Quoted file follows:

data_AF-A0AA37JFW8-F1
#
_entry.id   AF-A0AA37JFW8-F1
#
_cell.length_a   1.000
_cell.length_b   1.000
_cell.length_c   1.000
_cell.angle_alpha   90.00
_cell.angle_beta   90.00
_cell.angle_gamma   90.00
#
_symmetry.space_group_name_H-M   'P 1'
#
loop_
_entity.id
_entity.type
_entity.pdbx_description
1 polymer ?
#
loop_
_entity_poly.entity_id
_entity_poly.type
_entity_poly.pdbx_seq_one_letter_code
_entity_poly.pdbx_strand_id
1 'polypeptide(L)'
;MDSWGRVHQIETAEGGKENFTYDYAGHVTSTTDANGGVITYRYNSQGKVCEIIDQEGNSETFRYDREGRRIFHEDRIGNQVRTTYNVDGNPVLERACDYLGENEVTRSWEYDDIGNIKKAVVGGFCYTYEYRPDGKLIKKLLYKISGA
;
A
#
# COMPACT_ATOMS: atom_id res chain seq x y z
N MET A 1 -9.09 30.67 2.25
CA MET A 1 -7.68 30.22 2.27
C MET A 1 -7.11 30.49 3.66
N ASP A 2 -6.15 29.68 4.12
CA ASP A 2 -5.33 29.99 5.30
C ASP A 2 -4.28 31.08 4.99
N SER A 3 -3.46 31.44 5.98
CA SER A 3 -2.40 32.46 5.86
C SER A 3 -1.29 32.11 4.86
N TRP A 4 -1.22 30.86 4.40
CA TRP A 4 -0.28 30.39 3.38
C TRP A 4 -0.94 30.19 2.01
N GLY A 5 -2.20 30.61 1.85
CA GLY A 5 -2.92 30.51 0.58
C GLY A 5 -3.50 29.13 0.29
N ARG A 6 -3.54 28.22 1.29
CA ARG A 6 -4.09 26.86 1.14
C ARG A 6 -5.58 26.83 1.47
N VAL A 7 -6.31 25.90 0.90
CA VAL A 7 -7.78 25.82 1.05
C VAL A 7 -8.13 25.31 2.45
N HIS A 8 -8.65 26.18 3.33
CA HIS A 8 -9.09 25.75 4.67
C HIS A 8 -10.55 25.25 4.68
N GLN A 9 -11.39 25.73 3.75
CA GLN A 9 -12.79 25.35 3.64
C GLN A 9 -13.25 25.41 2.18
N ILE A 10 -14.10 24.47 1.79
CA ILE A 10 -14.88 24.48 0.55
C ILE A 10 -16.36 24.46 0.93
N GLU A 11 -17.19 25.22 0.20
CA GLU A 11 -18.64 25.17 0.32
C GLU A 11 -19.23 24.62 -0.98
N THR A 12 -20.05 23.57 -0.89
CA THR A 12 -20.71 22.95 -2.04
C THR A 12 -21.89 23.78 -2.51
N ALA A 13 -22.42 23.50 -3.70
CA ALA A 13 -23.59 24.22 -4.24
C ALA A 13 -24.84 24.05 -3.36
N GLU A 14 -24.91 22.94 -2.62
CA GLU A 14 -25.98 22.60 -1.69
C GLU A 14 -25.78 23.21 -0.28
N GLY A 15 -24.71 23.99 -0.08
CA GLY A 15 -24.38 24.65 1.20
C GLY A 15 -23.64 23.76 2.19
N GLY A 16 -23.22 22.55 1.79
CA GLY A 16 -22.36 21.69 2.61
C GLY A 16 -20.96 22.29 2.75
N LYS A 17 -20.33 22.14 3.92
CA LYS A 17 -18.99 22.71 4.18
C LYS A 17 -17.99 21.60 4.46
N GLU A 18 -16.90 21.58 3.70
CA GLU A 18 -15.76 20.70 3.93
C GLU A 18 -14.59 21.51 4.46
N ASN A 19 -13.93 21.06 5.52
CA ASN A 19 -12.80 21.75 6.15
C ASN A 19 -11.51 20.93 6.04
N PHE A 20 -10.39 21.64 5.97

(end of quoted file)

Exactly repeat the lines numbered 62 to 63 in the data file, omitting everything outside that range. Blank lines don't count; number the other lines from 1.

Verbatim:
CA GLU A 11 -18.64 25.17 0.32
C GLU A 11 -19.23 24.62 -0.98